The humiliating thing about depression, when it shuts down your ability to work, is not being able to explain why you can’t work.
“It’s like there’s this glass wall between me and my computer.”
“It’s like trying to hold together the south poles of two strong magnets.”
“It’s like trying to commit suicide when you’ve forgotten to take off the bungee cord.” (Phew, that analogy came steaming out of the dark side.)
None of this would make sense, I suspect to many people. But then many people also do not understand that there is a huge difference between being depressed and being absolutely miserable. I rather enjoy being miserable these days (when I am; it’s not a permanent state). It’s so nice, compared to being depressed.
Anyway, happily, at the moment I’m quite easily able to work. So I’m just marveling at the difference between how it feels now, and those other times.
Hm, since I’m reflecting on depression … when I started to read in the last couple of years that children are being diagnosed as being bipolar, I was really sceptical. I don’t have any conscious memory of being depressed before I was 16 (though I do know my first encounter with a mental health professional came around the age of 12). But I realised last week that the various rather nasty tinges to “reality” that I experience when I’m depressed are qualia I recall feeling from a very early age. The worst bit is when you still think it’s the world that’s permanently awful, and don’t realise that it’s you.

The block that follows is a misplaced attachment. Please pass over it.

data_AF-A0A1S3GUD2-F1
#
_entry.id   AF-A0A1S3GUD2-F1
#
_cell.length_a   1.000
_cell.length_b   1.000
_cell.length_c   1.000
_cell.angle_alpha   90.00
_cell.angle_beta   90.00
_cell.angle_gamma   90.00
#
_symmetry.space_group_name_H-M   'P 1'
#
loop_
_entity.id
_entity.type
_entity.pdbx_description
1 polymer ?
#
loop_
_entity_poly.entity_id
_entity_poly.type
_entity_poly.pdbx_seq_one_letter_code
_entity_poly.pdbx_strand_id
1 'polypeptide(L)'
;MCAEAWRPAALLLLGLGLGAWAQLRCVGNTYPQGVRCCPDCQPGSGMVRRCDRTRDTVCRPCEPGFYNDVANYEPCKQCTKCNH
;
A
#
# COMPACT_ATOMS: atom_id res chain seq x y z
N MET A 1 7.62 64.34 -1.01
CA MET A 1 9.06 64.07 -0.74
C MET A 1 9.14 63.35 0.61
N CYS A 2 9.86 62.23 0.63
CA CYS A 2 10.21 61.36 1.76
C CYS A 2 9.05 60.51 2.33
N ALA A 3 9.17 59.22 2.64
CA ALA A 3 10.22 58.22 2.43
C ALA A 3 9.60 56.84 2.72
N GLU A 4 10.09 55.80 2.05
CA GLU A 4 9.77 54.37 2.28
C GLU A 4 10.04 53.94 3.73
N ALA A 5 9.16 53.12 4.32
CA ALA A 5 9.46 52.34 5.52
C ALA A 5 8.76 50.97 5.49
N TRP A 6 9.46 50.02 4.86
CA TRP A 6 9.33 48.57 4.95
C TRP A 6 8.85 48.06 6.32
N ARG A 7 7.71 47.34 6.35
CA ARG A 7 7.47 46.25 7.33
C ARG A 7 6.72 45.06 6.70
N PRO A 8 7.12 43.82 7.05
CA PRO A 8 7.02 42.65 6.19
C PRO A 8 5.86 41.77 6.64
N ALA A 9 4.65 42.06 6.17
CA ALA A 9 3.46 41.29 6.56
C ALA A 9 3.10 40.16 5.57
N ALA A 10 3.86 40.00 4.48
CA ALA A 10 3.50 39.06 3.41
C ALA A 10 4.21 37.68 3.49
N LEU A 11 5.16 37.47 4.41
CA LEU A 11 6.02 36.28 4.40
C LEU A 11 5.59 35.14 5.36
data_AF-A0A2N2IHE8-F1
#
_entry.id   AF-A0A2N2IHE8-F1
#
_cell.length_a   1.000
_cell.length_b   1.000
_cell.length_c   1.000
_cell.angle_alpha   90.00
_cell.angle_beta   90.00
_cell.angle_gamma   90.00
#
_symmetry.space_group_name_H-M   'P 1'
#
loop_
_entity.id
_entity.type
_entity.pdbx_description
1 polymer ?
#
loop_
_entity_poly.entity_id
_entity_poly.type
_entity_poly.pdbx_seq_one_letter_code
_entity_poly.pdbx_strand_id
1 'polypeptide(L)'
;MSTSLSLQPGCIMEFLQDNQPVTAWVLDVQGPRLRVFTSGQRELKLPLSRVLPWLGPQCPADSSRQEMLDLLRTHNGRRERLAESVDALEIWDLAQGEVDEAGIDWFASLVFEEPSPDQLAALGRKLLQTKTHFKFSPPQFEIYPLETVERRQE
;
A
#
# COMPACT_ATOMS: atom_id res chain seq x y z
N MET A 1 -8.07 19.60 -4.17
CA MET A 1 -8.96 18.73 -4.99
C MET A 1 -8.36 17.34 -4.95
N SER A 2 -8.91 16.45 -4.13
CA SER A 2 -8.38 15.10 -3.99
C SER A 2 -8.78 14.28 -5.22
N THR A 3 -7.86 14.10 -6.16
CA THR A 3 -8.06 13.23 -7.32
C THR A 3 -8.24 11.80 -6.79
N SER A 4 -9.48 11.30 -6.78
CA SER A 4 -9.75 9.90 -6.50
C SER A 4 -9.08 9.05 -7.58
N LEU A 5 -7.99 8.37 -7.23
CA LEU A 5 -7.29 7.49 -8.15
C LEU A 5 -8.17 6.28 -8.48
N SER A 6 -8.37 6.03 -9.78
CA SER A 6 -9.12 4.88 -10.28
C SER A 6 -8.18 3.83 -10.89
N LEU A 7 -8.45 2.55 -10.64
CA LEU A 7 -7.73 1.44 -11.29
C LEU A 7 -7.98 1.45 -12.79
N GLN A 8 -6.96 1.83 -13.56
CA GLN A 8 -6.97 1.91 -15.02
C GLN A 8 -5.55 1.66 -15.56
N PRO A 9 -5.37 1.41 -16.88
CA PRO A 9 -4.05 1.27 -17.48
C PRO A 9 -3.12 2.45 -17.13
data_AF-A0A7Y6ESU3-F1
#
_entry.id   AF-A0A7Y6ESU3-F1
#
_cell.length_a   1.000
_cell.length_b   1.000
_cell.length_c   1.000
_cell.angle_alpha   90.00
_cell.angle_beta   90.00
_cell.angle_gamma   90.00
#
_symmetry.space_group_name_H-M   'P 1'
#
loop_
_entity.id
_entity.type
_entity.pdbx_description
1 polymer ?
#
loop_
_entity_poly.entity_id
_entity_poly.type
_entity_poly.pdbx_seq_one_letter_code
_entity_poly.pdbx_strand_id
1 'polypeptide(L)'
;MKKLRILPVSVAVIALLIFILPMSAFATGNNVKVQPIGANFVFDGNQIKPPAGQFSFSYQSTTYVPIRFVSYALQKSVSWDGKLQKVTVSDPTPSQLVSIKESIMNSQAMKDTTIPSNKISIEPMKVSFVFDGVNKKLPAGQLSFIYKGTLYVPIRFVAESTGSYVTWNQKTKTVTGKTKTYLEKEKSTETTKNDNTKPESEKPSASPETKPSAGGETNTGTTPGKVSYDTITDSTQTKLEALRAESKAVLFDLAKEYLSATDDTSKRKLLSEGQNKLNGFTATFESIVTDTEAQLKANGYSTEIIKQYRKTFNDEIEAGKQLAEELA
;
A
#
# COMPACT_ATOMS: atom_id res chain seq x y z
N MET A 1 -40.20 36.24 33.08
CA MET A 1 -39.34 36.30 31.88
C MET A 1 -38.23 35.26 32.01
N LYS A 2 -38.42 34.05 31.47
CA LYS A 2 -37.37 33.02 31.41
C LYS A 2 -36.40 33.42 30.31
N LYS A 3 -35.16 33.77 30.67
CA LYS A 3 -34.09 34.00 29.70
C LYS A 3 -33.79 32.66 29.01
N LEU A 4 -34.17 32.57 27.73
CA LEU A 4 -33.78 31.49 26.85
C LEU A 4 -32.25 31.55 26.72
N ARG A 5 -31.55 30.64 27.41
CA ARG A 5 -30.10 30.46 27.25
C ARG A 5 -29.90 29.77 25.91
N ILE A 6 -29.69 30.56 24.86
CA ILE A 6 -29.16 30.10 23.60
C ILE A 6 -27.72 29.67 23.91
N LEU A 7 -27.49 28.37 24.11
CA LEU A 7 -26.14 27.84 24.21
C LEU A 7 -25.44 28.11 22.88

How do I deal with (bipolar?) depression now? Phew, it’s a hard-won skill to the extent that one has it.
It’s incredibly useful, firstly, to recognise it. To understand when your thoughts are taking on that peculiarly hopeless and/or obsessive quality. “Oh shit, it’s happening again. Oh, thank heavens, that’s what it is, that’s why things seem so awful. Oh god, this is scary, I hope it’s not going to be really bad. Oh, at least I can try and do something about it, now, now I know what’s happening to me.”
So once I know what’s happening to me, this is what I do, these days.
1) I’m on lithium and lamotrigine. I’m not sure to what degree they help. But I can’t say they absolutely do not help, either. I’m not sure. So I push up my dose, and get to my psychiatrist quickly. (My theory is that a good psychiatrist sees you first as another human being, and only then as a patient, in case you’re wondering; should also have a scrupulously rational and curious mind, and understand the limits of their dismal art.)
2) Yoga. Yoga is brilliant for depression. Not the vigorous stuff, ashtanga and the like. No, just plain old hatha yoga. Do what you can, only. A good yoga teacher only encourages, but never pushes you, anyway. (Which should help you recognise the bad ones.)
Learn the Salute to the Sun (an essential life skill for everyone, really), and try and start every day with a few rounds.
3) Sleep. Good sleep is so important. If you don’t know about sleep hygiene, Google it and find out. (This one is tough, especially if you live alone.)
4) Go easy on myself. I just can’t get as much done when I’m depressed. I have to make adjustments. Pare back expenses and hope I’ll make it through to when I can work full-speed again. Resist inadvertent pressures from others who don’t understand that I can only manage 15% of what I was managing three weeks ago.
Some first thoughts. Here, some past experiences.